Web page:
In addition to these two glaring substantive contradictions arising from Tusan’s order, the judge violated every procedural due process mandate ever divined by the state and federal courts who had previously produced pre-filing injunctions. First, she failed to give notice or hold the required hearing allowing me to contest the propriety of such an injunction that deprived me unrestricted access to court.

Second, her order was global in that it restricted all my actions in the Superior Court including those not related to the underlying suit and those where another judge would be presiding. There is wide consensus about the law here. Absent any finding of a broader pattern of pleading misconduct beyond the cases assigned to Tusan, any sanction against me would need to be limited to those matters properly arising within the context of her court. The law calls this a “narrow tailoring” of the suit.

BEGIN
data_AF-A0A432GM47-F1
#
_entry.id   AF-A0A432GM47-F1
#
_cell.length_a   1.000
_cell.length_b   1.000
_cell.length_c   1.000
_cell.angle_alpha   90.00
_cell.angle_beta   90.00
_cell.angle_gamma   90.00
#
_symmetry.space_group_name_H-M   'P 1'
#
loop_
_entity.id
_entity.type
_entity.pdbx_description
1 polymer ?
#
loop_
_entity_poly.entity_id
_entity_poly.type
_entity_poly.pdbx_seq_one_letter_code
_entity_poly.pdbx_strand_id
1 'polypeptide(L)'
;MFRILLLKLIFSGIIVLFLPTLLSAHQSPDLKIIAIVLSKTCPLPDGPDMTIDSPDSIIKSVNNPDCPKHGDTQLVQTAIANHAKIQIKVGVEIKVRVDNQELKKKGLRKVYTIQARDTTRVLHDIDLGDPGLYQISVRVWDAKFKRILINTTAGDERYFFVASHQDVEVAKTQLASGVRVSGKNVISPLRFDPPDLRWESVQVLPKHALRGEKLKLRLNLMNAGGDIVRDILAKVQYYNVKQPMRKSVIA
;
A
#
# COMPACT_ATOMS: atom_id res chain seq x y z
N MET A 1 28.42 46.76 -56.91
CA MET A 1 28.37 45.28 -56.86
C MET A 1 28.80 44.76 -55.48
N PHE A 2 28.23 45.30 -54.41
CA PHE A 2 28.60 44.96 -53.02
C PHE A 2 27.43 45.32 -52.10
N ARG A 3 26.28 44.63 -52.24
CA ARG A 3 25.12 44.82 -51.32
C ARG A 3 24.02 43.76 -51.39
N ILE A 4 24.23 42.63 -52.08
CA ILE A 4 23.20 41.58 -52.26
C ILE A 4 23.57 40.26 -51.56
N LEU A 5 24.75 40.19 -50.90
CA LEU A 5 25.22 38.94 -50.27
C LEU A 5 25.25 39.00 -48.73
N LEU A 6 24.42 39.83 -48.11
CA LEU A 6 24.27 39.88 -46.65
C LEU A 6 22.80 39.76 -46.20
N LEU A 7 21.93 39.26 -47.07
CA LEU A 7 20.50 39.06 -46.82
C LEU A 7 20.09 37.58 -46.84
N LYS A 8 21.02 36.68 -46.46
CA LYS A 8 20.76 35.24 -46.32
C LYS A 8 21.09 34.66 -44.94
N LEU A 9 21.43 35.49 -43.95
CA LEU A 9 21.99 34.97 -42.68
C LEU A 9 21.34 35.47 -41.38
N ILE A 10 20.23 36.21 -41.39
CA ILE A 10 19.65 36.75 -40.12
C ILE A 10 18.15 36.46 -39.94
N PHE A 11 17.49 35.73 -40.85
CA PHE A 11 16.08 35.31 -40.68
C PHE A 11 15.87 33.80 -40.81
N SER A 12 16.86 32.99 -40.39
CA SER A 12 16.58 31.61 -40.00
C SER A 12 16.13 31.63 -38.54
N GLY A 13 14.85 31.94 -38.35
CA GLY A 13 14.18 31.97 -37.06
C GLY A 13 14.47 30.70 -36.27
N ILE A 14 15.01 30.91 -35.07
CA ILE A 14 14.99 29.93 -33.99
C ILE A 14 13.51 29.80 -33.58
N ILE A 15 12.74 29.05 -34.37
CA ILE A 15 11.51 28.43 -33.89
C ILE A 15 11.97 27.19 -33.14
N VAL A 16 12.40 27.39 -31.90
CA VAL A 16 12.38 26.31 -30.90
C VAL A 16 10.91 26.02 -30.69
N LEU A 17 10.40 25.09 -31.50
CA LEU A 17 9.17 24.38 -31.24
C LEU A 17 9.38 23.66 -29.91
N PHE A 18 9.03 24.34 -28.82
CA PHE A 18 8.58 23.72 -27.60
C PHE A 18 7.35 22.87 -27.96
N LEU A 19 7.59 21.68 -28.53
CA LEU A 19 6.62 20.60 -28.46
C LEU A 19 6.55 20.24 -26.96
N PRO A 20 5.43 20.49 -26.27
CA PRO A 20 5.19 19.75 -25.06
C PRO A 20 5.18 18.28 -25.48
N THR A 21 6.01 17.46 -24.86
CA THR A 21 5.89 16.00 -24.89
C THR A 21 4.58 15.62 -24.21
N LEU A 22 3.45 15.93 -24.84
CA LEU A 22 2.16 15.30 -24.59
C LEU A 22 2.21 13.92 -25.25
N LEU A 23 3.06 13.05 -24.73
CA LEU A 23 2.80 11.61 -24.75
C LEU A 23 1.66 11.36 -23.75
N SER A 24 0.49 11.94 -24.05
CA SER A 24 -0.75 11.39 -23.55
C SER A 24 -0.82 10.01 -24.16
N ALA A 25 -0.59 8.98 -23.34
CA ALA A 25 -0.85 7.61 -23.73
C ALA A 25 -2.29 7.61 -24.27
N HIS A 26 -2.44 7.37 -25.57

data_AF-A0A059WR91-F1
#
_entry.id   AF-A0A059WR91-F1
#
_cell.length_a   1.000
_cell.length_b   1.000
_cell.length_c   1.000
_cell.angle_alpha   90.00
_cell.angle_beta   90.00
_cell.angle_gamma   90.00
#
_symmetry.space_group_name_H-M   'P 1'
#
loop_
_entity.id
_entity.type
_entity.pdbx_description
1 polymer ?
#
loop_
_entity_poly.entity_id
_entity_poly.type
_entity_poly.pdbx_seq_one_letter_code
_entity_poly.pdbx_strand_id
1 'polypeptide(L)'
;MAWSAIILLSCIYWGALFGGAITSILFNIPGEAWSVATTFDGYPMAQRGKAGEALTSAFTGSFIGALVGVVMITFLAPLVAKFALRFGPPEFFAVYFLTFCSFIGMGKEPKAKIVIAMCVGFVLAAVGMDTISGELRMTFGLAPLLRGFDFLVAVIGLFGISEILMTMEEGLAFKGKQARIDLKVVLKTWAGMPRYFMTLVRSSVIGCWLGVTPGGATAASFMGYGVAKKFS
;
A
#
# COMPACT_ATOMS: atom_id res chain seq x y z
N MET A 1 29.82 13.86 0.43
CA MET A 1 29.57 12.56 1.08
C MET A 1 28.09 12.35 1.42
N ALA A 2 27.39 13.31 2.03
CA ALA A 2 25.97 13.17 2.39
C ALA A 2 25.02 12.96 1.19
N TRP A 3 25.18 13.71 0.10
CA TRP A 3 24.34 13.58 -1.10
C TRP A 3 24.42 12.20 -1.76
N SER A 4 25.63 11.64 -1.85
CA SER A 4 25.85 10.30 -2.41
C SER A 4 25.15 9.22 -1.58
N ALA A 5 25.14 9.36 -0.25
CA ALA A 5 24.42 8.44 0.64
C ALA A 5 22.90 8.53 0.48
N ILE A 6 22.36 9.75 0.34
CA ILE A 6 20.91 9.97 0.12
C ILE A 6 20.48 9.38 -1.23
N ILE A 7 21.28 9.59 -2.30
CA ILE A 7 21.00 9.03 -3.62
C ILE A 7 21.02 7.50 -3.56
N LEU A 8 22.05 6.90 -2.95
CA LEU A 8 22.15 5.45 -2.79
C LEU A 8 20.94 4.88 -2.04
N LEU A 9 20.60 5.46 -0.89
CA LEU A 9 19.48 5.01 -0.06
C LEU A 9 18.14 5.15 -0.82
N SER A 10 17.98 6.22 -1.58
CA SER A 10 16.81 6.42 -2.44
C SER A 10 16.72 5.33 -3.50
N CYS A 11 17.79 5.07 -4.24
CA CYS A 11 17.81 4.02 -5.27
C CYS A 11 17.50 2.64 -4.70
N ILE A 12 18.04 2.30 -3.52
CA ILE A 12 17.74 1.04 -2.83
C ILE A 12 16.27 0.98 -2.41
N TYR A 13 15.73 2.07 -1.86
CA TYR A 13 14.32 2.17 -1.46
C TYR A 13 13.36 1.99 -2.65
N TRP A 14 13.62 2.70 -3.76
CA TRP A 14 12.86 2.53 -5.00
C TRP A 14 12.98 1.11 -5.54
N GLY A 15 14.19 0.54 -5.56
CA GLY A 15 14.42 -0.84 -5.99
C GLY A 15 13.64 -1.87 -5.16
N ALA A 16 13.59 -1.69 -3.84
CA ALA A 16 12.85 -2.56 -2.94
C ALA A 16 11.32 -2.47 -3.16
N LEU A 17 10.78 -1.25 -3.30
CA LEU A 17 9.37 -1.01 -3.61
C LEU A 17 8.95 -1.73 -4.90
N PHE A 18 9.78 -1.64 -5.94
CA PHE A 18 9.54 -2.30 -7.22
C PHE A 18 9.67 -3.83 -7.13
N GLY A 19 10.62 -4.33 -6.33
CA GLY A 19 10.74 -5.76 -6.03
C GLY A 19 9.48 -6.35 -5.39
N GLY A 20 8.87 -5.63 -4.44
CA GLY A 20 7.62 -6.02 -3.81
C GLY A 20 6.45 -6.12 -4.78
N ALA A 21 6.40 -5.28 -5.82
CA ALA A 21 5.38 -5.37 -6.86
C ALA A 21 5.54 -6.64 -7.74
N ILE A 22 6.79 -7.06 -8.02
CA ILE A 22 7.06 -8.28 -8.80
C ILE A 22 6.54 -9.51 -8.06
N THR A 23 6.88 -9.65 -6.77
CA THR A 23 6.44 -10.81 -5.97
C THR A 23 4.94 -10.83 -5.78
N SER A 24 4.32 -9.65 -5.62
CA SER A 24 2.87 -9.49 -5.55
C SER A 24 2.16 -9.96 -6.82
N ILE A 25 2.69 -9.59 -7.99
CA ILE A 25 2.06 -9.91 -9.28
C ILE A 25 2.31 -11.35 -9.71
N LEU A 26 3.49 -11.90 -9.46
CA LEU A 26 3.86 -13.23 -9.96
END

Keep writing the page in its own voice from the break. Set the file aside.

And finally, Tusan failed to produce what countless courts have called “an adequate record for review.” Such a review must be provided by a Judge before filing any injunction restricting access and it must include a list from the judge of all the cases and motions that led her to conclude that a vexatious litigant order was indicated. At the very least, a judge would have to demonstrate that a litigant’s activities were numerous or abusive. It should go without saying that such a demonstration was impossible for Tusan in my case as none of my filings in her court were ever judged frivolous.

Regarding these three justices from the Georgia Court of Appeals, how do they enter into the mix? What responsibility do they have in these violations by Tusan? Don’t they have the prerogative to just disagree with your version of events and deny your appeal outright?